Monica Jansen

Monica Jansen (Utrecht University)

Monica Jansen is an Assistant Professor of Italian Literature in the Department of Languages, Literature and Communication (TLC) – Italian language and culture at Utrecht University. Her research interests include modernism and postmodernism studies, and more specifically new forms of cultural engagement. She investigates cultural representations of socially relevant topics such as religion, precarity, youth and migration, from an interdisciplinary, transmedial, and transnational perspective. She is co-editor-in-chief of Annali d’italianistica and a member of the editorial board of the Journal of Italian Cinema and Media Studies.



“Vuotare il mare col secchiello”: Adriano Sofri’s writings on Captivity in Light of the COVID-19 Pandemic

Prison director Luigi Pagano once said that to clear the San Vittore prison is like “emptying the sea with a bucket”. The problem of prison overcrowding is one of the recurrent themes in Adriano Sofri’s critical prison writings and lies at the origin of the related topics of life imprisonment, amnesty and suicide on which he continuously reflects as a journalist and a writer, during and after his 22 years of captivity in Pisa’s Don Bosco Prison.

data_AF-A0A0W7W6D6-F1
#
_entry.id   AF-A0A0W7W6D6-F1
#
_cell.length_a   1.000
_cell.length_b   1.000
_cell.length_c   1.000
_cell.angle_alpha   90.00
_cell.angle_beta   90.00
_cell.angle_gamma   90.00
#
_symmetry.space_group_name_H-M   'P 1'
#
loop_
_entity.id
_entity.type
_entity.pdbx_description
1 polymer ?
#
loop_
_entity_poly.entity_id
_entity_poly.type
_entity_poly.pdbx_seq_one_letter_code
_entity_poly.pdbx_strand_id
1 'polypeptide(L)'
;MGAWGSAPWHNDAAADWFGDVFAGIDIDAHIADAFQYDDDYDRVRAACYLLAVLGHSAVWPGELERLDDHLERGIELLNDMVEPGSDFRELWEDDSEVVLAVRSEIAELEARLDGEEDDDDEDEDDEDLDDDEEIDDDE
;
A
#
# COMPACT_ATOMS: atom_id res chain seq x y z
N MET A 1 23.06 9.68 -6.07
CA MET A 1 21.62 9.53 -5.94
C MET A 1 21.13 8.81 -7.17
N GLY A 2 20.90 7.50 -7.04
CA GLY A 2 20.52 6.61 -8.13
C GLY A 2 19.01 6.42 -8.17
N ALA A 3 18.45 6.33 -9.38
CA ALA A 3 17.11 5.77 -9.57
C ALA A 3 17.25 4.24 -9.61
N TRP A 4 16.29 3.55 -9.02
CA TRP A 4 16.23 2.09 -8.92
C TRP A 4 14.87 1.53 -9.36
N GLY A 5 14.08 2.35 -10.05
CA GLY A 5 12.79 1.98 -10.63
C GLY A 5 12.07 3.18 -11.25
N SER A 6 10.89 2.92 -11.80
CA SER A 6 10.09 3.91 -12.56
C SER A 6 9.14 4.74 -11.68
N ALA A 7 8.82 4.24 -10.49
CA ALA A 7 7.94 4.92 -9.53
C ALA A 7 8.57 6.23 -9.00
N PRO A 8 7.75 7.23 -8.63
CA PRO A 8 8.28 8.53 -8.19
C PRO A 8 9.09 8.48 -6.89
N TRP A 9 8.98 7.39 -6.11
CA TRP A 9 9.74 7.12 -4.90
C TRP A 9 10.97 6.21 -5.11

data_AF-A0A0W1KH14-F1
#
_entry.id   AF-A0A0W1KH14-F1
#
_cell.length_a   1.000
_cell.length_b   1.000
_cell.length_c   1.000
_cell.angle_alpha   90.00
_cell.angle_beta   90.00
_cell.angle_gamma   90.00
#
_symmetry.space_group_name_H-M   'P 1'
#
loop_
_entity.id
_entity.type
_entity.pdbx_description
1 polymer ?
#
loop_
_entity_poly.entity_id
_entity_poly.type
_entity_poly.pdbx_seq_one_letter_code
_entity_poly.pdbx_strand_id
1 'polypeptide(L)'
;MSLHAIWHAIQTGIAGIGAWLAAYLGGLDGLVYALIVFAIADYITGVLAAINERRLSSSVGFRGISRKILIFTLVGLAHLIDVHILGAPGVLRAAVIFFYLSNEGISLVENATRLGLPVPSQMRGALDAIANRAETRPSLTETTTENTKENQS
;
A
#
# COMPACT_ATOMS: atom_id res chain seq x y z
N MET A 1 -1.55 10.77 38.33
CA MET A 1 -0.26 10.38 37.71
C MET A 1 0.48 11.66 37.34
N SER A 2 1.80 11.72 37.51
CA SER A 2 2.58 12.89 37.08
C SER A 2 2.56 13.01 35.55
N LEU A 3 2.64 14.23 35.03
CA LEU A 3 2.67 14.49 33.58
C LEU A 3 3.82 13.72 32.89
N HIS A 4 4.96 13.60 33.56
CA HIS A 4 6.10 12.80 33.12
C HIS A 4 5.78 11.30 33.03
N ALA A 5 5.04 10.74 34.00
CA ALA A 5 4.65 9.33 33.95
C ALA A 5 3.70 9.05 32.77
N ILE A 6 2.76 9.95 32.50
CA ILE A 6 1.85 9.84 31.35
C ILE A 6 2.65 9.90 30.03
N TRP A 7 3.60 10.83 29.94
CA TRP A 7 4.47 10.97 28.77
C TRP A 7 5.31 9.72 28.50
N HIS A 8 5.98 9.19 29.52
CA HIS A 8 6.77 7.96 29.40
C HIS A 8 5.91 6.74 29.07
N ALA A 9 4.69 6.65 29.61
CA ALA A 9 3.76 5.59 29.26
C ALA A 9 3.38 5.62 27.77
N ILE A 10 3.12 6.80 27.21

The unresolved emergency of overcrowded prisons in Italy recently became world news with the Coronavirus outbreak which sparked prison riots in early March 2020 all over the country. In his column “Piccola posta” (Il Foglio) Sofri commented on the events pointing out that the Covid-19 pandemic has been the spark that inflamed the “Caporetto” of Italy’s agonizing penitentiary system. Starting from these recent public statements, it is possible to consider Sofri’s prison writing as a way of continuously re-contextualising his own prison experience in relation to the “prisons of the others” (cf. his Le prigioni degli altri, 1993). This contribution aims to show how Sofri’s opinions of the prison riots in March 2020 can be read backwards, in light of his previous statements on imprisonment and the living conditions of inmates in Italy.